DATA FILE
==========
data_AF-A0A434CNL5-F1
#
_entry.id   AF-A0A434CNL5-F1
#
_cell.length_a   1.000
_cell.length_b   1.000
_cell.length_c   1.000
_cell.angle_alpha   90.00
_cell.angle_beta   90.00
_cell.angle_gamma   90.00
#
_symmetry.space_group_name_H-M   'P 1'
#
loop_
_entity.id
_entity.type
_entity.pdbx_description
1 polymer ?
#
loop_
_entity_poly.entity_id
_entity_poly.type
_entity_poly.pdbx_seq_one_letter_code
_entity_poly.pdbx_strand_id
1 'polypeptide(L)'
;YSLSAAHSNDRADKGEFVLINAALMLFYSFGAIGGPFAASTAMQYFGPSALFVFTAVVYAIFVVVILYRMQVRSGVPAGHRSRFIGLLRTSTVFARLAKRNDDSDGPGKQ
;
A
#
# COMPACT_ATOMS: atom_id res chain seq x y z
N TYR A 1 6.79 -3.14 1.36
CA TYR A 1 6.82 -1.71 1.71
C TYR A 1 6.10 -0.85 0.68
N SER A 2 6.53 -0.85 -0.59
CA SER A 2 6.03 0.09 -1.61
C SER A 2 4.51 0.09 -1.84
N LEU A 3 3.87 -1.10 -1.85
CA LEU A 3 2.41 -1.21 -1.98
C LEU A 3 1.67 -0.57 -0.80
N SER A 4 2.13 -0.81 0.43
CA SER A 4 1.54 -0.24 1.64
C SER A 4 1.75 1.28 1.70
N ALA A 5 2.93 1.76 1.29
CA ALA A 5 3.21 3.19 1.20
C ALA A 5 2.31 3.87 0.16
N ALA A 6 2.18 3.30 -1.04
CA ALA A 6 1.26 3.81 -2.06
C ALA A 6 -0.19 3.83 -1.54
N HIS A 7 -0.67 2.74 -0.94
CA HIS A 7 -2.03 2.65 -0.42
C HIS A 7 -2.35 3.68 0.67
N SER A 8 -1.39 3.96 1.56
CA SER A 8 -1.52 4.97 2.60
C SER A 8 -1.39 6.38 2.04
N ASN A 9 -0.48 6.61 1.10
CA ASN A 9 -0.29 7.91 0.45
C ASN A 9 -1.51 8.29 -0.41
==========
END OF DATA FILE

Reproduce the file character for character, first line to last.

data_AF-A0A434CNL5-F1
#
_entry.id   AF-A0A434CNL5-F1
#
_cell.length_a   1.000
_cell.length_b   1.000
_cell.length_c   1.000
_cell.angle_alpha   90.00
_cell.angle_beta   90.00
_cell.angle_gamma   90.00
#
_symmetry.space_group_name_H-M   'P 1'
#
loop_
_entity.id
_entity.type
_entity.pdbx_description
1 polymer ?
#
loop_
_entity_poly.entity_id
_entity_poly.type
_entity_poly.pdbx_seq_one_letter_code
_entity_poly.pdbx_strand_id
1 'polypeptide(L)'
;YSLSAAHSNDRADKGEFVLINAALMLFYSFGAIGGPFAASTAMQYFGPSALFVFTAVVYAIFVVVILYRMQVRSGVPAGHRSRFIGLLRTSTVFARLAKRNDDSDGPGKQ
;
A
#
# COMPACT_ATOMS: atom_id res chain seq x y z
N TYR A 1 6.79 -3.14 1.36
CA TYR A 1 6.82 -1.71 1.71
C TYR A 1 6.10 -0.85 0.68
N SER A 2 6.53 -0.85 -0.59
CA SER A 2 6.03 0.09 -1.61
C SER A 2 4.51 0.09 -1.84
N LEU A 3 3.87 -1.10 -1.85
CA LEU A 3 2.41 -1.21 -1.98
C LEU A 3 1.67 -0.57 -0.80
N SER A 4 2.13 -0.81 0.43
CA SER A 4 1.54 -0.24 1.64
C SER A 4 1.75 1.28 1.70
N ALA A 5 2.93 1.76 1.29
CA ALA A 5 3.21 3.19 1.20
C ALA A 5 2.31 3.87 0.16
N ALA A 6 2.18 3.30 -1.04
CA ALA A 6 1.26 3.81 -2.06
C ALA A 6 -0.19 3.83 -1.54
N HIS A 7 -0.67 2.74 -0.94
CA HIS A 7 -2.03 2.65 -0.42
C HIS A 7 -2.35 3.68 0.67
N SER A 8 -1.39 3.96 1.56
CA SER A 8 -1.52 4.97 2.60
C SER A 8 -1.39 6.38 2.04
N ASN A 9 -0.48 6.61 1.10
CA ASN A 9 -0.29 7.91 0.45
C ASN A 9 -1.51 8.29 -0.41